Two Strategies for Rebalancing Your Portfolio

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How to bring your portfolio back in line with your goals

Your investment portfolio is more than the sum of your account balances. It represents your pathway toward important financial goals, whether a comfortable retirement or a college education for your kids.

But over time, the inevitable ups and downs of the financial markets can change the profile of your investment plan, leaving you with more risk than you’d like or less growth potential than you need. Fortunately, a strategy called rebalancing can help keep your investment plan in line with your goals.

What is rebalancing?

The centerpiece of your investment plan is your asset allocation—the mix of stocks, bonds and cash in your portfolio. The allocation you choose depends on your situation. If you’re decades away from retirement, you may want to allocate more of your portfolio to higher-risk investments such as stocks, which offer more growth potential than conservative investments such as bonds or cash. By contrast, if you just have a few years before retirement, you may want more exposure to those less-risky investments.

But while your target allocation stays constant, your actual asset allocation does not. The market’s ups and downs may cause that allocation to drift as your investments change in value. For example, a sustained stock market rally can boost the value of your stock holdings, tilting the balance of your asset allocation toward stocks and exposing you to more risk than you intended.

Regular rebalancing strategies can help bring your asset allocation back in line with your target allocation—regardless of the market’s ups and downs. What’s more, setting regular portfolio reviews means you’re less likely to make spur-of-the-moment decisions that can negatively impact your financial plan.

How does it work?

There are two main methods for when to rebalance your portfolio: periodic rebalancing and “tolerance band” rebalancing. Each can be an effective tool to manage your investments and limit your exposure to undesirable risks. Whichever method you choose, the important thing about rebalancing your portfolio is not necessarily how you do it, but your commitment to sticking with it.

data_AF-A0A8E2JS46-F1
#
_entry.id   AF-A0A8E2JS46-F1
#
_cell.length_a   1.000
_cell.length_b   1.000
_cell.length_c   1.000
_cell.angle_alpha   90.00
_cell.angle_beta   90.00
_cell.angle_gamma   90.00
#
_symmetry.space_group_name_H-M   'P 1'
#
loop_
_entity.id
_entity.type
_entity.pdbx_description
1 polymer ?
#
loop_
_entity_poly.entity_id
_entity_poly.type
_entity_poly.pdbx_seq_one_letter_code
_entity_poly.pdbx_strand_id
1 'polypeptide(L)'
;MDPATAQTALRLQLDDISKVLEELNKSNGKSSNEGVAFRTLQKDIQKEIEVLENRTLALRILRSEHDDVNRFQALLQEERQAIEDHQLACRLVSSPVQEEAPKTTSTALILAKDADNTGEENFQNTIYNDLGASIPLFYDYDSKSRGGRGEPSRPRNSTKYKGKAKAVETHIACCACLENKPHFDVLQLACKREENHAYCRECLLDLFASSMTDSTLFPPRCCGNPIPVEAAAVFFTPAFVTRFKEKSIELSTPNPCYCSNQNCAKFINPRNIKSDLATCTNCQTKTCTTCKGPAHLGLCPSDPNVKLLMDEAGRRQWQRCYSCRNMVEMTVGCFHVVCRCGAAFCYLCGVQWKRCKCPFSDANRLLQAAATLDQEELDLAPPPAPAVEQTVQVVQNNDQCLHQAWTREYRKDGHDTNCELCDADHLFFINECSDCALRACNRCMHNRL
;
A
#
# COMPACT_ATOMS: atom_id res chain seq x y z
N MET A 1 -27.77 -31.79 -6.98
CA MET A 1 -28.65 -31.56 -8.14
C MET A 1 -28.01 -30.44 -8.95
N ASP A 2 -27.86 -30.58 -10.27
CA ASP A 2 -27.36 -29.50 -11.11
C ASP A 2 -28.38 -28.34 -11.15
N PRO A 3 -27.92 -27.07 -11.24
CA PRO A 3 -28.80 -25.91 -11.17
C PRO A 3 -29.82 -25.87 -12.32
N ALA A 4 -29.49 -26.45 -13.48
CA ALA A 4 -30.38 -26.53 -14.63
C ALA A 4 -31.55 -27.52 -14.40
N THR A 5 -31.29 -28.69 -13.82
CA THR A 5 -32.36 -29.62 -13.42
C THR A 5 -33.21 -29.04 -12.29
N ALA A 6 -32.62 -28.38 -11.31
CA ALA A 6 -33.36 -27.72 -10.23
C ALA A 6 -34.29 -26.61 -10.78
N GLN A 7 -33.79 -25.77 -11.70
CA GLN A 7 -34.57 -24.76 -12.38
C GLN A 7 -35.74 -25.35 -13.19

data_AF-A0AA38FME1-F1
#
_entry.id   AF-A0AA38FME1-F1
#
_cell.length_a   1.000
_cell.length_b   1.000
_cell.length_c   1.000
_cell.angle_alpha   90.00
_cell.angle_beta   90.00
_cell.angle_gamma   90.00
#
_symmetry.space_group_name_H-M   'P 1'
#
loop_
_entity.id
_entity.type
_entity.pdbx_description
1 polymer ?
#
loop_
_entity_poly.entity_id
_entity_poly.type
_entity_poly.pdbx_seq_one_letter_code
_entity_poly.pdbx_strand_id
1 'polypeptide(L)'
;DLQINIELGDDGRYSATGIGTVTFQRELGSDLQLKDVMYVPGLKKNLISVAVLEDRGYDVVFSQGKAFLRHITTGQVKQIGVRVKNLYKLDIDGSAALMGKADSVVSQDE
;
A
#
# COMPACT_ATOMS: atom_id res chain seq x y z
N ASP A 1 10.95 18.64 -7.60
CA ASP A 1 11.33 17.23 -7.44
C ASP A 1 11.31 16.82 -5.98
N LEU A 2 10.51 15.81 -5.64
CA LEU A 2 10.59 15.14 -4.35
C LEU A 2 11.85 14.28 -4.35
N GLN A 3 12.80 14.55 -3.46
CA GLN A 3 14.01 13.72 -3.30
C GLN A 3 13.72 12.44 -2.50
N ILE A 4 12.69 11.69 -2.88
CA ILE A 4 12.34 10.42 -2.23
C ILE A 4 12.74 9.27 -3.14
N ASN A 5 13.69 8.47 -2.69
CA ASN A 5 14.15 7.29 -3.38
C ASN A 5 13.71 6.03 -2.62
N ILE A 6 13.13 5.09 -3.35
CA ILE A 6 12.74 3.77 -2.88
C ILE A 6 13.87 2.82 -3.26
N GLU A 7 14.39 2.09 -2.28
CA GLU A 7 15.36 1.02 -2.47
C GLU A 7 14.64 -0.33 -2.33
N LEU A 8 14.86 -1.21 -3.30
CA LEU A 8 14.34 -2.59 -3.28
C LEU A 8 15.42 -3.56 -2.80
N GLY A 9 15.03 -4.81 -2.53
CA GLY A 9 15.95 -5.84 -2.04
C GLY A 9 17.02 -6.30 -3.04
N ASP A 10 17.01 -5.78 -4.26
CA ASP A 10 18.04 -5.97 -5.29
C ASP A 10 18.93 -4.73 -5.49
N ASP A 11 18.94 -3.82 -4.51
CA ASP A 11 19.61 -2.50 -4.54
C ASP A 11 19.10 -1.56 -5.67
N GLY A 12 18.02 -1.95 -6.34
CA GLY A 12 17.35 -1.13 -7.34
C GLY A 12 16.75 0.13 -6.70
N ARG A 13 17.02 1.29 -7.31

Periodic rebalancing. The periodic rebalancing approach is relatively simple, requiring little monitoring and oversight.

To use this method, mark a recurring date on you calendar when you’ll analyze your investment holdings and adjust allocations if necessary. You may choose to do this annually, every six months or every quarter—it’s up to you. To make it easy on yourself, consider pegging the date you choose to another easy-to-remember date, like tax day or the end of a quarter. One note: Reviewing and rebalancing your portfolio too often can potentially be counterproductive.

Tolerance band rebalancing. Tolerance band rebalancing is a bit more intensive than periodic rebalancing. It requires a formulaic approach that demands frequent monitoring. Instead of choosing a set time to rebalance, you do so when your asset allocation changes by a specific percentage, or threshold of change.

For example, say your threshold of change is 5%, and your target allocation of stocks is 70%. You would rebalance your stock allocation when it shifts either up to 75% percent or down to 65%. This method is useful in helping you make sound investment decisions in a rapidly changing market. However it can also be more expensive than period rebalancing. During times of volatility you may end up buying and selling investments more frequently and potentially paying more in trading costs.

If your review identifies a need to rebalance, here are a couple of ways to bring your portfolio back in line: The first option is to sell investments to assets with a higher allocation and use the proceeds to invest in assets with lower allocations. Or you can simply direct new investments to those assets with low allocations to bring them back in line with your target.

Make adjustments as your goals change

Life events, like the birth of a child, marriage, divorce or a death in the family can change your investment goals and time horizon. When these events happen you may want to rebalance your portfolio, even if you’re not technically scheduled to do so. Make your adjustments and continue to use the method of monitoring that works best for you.

Regularly rebalancing your portfolio helps keep your eye on the big picture, keeping your goals and risk tolerance at the forefront of your investment strategy.


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